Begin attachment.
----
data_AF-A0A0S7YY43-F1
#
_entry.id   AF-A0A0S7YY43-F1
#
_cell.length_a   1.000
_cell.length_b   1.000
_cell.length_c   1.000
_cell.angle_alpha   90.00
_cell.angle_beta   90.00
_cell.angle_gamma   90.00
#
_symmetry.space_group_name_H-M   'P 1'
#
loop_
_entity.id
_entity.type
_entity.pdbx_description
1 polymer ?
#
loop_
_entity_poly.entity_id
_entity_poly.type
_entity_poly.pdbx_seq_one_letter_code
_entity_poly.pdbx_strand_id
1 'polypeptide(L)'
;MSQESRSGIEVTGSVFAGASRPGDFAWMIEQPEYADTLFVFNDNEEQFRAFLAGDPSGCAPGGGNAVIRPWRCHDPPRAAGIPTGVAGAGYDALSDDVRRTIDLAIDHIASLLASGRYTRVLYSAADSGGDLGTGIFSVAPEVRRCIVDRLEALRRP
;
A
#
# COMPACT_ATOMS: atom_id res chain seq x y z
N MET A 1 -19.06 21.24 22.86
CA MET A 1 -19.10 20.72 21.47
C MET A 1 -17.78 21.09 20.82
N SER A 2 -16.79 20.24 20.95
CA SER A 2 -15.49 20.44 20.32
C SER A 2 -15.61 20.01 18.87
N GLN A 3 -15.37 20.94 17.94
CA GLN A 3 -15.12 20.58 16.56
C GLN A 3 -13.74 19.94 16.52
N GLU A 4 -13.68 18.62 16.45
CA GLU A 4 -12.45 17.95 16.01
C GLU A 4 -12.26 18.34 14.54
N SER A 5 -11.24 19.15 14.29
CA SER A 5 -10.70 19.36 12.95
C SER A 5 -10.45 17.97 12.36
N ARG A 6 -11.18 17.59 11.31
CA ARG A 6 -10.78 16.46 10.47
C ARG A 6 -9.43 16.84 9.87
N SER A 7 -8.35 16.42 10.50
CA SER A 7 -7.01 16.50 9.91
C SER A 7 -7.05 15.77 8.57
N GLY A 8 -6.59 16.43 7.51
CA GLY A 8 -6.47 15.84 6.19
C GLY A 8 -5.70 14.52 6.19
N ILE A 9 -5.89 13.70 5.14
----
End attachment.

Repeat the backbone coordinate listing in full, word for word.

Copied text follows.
data_AF-A0A0S7YY43-F1
#
_entry.id   AF-A0A0S7YY43-F1
#
_cell.length_a   1.000
_cell.length_b   1.000
_cell.length_c   1.000
_cell.angle_alpha   90.00
_cell.angle_beta   90.00
_cell.angle_gamma   90.00
#
_symmetry.space_group_name_H-M   'P 1'
#
loop_
_entity.id
_entity.type
_entity.pdbx_description
1 polymer ?
#
loop_
_entity_poly.entity_id
_entity_poly.type
_entity_poly.pdbx_seq_one_letter_code
_entity_poly.pdbx_strand_id
1 'polypeptide(L)'
;MSQESRSGIEVTGSVFAGASRPGDFAWMIEQPEYADTLFVFNDNEEQFRAFLAGDPSGCAPGGGNAVIRPWRCHDPPRAAGIPTGVAGAGYDALSDDVRRTIDLAIDHIASLLASGRYTRVLYSAADSGGDLGTGIFSVAPEVRRCIVDRLEALRRP
;
A
#
# COMPACT_ATOMS: atom_id res chain seq x y z
N MET A 1 -19.06 21.24 22.86
CA MET A 1 -19.10 20.72 21.47
C MET A 1 -17.78 21.09 20.82
N SER A 2 -16.79 20.24 20.95
CA SER A 2 -15.49 20.44 20.32
C SER A 2 -15.61 20.01 18.87
N GLN A 3 -15.37 20.94 17.94
CA GLN A 3 -15.12 20.58 16.56
C GLN A 3 -13.74 19.94 16.52
N GLU A 4 -13.68 18.62 16.45
CA GLU A 4 -12.45 17.95 16.01
C GLU A 4 -12.26 18.34 14.54
N SER A 5 -11.24 19.15 14.29
CA SER A 5 -10.70 19.36 12.95
C SER A 5 -10.45 17.97 12.36
N ARG A 6 -11.18 17.59 11.31
CA ARG A 6 -10.78 16.46 10.47
C ARG A 6 -9.43 16.84 9.87
N SER A 7 -8.35 16.42 10.50
CA SER A 7 -7.01 16.50 9.91
C SER A 7 -7.05 15.77 8.57
N GLY A 8 -6.59 16.43 7.51
CA GLY A 8 -6.47 15.84 6.19
C GLY A 8 -5.70 14.52 6.19
N ILE A 9 -5.89 13.70 5.14